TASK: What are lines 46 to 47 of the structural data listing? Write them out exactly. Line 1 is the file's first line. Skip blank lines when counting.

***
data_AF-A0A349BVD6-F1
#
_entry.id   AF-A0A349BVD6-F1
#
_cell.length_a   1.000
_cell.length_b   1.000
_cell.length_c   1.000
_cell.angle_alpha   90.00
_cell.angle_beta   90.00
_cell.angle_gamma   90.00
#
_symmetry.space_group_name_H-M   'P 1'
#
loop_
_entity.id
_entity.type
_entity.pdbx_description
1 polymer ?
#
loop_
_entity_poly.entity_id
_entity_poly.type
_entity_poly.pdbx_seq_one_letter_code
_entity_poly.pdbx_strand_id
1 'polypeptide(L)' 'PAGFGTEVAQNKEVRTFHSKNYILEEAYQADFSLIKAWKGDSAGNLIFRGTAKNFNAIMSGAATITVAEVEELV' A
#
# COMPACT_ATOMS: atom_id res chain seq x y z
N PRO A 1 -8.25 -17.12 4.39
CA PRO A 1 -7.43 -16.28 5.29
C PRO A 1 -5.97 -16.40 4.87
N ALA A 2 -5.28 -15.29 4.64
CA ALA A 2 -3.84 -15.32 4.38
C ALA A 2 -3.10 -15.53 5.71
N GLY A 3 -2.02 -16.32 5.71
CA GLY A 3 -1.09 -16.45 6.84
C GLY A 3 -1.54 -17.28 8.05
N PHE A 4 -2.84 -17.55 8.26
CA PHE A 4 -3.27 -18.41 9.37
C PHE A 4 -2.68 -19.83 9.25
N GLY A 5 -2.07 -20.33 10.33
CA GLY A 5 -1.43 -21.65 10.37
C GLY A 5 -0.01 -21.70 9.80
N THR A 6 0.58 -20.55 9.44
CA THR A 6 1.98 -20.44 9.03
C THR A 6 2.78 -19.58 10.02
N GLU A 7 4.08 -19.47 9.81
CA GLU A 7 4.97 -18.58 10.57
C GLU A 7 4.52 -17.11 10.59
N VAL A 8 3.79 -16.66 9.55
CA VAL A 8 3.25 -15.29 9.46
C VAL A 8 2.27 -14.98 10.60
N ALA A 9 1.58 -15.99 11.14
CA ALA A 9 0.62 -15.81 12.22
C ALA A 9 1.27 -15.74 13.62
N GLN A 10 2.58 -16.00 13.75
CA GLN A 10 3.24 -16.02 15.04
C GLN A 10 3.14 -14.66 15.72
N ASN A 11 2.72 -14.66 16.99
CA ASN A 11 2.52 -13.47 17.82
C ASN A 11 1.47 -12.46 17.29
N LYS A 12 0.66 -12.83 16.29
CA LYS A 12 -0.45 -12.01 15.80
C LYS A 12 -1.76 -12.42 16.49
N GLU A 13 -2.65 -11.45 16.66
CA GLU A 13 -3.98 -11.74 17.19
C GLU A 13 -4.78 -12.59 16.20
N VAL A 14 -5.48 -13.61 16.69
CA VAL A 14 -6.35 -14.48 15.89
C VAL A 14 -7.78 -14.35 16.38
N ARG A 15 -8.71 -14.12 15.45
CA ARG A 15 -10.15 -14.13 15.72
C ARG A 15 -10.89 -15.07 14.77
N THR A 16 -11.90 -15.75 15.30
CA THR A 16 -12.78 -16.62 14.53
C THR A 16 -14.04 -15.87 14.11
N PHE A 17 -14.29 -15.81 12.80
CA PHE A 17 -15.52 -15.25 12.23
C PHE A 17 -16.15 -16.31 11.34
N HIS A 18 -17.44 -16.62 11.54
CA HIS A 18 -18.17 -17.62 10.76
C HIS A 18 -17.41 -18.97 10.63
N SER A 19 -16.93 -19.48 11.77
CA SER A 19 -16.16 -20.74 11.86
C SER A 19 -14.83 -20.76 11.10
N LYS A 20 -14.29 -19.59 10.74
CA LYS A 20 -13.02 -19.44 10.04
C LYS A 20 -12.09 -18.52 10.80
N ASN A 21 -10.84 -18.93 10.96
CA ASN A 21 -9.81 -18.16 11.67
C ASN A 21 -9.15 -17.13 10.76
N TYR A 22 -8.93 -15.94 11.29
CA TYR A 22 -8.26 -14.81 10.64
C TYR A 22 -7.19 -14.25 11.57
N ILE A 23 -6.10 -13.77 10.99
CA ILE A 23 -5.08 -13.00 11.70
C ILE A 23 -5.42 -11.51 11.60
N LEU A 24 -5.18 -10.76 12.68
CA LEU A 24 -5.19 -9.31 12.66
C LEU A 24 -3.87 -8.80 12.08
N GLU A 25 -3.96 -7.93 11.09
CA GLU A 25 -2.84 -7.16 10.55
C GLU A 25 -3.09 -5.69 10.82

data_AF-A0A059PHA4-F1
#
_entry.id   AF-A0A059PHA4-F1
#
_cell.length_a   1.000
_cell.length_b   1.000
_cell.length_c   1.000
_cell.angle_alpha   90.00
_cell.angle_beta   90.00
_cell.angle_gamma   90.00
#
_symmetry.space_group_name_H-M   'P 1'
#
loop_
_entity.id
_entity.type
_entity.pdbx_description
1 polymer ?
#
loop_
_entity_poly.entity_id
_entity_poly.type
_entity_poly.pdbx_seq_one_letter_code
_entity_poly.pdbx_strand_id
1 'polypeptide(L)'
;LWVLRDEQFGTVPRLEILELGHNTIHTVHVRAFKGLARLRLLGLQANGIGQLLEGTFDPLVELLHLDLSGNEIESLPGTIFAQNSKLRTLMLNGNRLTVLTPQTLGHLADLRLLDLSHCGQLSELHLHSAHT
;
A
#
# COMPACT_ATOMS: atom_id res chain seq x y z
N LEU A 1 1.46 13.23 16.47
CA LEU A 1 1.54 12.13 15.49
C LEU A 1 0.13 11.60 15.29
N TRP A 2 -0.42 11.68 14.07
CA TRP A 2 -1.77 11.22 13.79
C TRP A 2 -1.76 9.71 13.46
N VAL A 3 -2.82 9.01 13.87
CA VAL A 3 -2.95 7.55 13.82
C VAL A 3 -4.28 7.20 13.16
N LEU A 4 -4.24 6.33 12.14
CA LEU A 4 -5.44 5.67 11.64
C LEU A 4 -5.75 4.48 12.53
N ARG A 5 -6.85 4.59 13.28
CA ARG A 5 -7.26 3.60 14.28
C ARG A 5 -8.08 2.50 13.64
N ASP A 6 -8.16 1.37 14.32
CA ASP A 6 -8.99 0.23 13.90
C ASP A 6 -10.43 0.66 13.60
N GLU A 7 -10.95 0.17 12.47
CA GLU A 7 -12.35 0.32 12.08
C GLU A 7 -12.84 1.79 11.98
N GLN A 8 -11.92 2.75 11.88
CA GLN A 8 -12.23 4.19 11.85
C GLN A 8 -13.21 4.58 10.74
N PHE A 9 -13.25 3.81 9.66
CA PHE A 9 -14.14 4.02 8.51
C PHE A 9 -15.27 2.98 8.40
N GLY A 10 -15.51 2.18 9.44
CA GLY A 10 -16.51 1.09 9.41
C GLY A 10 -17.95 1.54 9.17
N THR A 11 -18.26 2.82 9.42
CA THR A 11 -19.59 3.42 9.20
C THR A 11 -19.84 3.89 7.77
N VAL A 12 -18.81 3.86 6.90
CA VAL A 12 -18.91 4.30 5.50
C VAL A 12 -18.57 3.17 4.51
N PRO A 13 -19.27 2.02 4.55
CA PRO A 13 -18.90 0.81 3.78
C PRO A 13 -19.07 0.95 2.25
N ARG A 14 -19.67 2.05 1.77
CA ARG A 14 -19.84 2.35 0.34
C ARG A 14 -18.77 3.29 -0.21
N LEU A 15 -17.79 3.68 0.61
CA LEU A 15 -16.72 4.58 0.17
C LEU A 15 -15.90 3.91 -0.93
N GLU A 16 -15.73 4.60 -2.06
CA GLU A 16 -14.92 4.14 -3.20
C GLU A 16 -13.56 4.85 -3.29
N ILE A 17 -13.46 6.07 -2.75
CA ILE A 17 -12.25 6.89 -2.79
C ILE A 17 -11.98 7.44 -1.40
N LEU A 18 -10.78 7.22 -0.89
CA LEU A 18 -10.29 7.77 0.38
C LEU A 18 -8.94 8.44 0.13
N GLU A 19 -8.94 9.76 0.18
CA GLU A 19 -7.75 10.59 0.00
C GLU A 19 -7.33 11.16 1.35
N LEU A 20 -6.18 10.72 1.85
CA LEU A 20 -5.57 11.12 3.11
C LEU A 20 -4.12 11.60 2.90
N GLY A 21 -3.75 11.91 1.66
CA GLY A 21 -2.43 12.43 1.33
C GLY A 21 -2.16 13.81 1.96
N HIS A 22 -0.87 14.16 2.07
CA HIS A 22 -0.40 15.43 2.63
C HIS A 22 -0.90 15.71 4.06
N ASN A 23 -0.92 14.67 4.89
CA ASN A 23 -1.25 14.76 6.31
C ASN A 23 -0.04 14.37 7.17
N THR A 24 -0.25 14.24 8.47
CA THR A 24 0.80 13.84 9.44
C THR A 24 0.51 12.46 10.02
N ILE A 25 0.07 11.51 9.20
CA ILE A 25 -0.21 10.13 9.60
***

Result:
N GLU A 7 4.08 -19.47 9.81
CA GLU A 7 4.97 -18.58 10.57